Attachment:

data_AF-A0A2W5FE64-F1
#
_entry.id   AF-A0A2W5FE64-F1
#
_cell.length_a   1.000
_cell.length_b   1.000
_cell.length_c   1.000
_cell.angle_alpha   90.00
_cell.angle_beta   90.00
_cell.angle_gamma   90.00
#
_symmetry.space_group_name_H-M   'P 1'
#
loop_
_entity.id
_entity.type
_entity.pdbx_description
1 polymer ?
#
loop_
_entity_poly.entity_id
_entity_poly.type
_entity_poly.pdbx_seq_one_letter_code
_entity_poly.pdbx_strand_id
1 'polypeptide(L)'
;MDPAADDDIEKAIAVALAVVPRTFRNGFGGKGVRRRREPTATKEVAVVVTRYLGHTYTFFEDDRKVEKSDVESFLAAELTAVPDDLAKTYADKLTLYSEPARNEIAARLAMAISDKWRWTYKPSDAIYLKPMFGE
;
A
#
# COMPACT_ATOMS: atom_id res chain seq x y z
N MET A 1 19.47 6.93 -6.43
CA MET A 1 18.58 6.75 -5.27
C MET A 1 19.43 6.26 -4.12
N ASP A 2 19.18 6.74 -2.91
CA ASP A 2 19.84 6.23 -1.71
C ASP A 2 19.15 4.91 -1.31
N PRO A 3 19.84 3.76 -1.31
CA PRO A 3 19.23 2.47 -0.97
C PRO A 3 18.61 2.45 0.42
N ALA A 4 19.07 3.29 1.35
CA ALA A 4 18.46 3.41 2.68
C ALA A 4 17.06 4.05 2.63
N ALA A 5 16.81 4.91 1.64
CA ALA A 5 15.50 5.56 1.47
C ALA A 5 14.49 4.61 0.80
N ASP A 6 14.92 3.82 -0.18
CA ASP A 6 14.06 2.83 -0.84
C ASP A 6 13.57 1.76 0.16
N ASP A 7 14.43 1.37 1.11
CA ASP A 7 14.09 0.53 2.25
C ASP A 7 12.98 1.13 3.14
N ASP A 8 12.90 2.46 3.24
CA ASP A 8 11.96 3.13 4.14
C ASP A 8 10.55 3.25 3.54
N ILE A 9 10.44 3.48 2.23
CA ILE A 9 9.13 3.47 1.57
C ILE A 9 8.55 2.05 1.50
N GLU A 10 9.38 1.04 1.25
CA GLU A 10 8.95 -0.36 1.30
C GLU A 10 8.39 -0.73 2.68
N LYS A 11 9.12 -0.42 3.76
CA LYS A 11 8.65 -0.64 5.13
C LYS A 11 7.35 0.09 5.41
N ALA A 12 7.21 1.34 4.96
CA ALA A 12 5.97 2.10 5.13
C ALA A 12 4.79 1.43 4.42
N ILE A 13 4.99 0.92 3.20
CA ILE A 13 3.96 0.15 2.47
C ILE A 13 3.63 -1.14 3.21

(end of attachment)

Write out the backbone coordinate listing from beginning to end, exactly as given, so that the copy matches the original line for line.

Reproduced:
data_AF-A0A2W5FE64-F1
#
_entry.id   AF-A0A2W5FE64-F1
#
_cell.length_a   1.000
_cell.length_b   1.000
_cell.length_c   1.000
_cell.angle_alpha   90.00
_cell.angle_beta   90.00
_cell.angle_gamma   90.00
#
_symmetry.space_group_name_H-M   'P 1'
#
loop_
_entity.id
_entity.type
_entity.pdbx_description
1 polymer ?
#
loop_
_entity_poly.entity_id
_entity_poly.type
_entity_poly.pdbx_seq_one_letter_code
_entity_poly.pdbx_strand_id
1 'polypeptide(L)'
;MDPAADDDIEKAIAVALAVVPRTFRNGFGGKGVRRRREPTATKEVAVVVTRYLGHTYTFFEDDRKVEKSDVESFLAAELTAVPDDLAKTYADKLTLYSEPARNEIAARLAMAISDKWRWTYKPSDAIYLKPMFGE
;
A
#
# COMPACT_ATOMS: atom_id res chain seq x y z
N MET A 1 19.47 6.93 -6.43
CA MET A 1 18.58 6.75 -5.27
C MET A 1 19.43 6.26 -4.12
N ASP A 2 19.18 6.74 -2.91
CA ASP A 2 19.84 6.23 -1.71
C ASP A 2 19.15 4.91 -1.31
N PRO A 3 19.84 3.76 -1.31
CA PRO A 3 19.23 2.47 -0.97
C PRO A 3 18.61 2.45 0.42
N ALA A 4 19.07 3.29 1.35
CA ALA A 4 18.46 3.41 2.68
C ALA A 4 17.06 4.05 2.63
N ALA A 5 16.81 4.91 1.64
CA ALA A 5 15.50 5.56 1.47
C ALA A 5 14.49 4.61 0.80
N ASP A 6 14.92 3.82 -0.18
CA ASP A 6 14.06 2.83 -0.84
C ASP A 6 13.57 1.76 0.16
N ASP A 7 14.43 1.37 1.11
CA ASP A 7 14.09 0.53 2.25
C ASP A 7 12.98 1.13 3.14
N ASP A 8 12.90 2.46 3.24
CA ASP A 8 11.96 3.13 4.14
C ASP A 8 10.55 3.25 3.54
N ILE A 9 10.44 3.48 2.23
CA ILE A 9 9.13 3.47 1.57
C ILE A 9 8.55 2.05 1.50
N GLU A 10 9.38 1.04 1.25
CA GLU A 10 8.95 -0.36 1.30
C GLU A 10 8.39 -0.73 2.68
N LYS A 11 9.12 -0.42 3.76
CA LYS A 11 8.65 -0.64 5.13
C LYS A 11 7.35 0.09 5.41
N ALA A 12 7.21 1.34 4.96
CA ALA A 12 5.97 2.10 5.13
C ALA A 12 4.79 1.43 4.42
N ILE A 13 4.99 0.92 3.20
CA ILE A 13 3.96 0.15 2.47
C ILE A 13 3.63 -1.14 3.21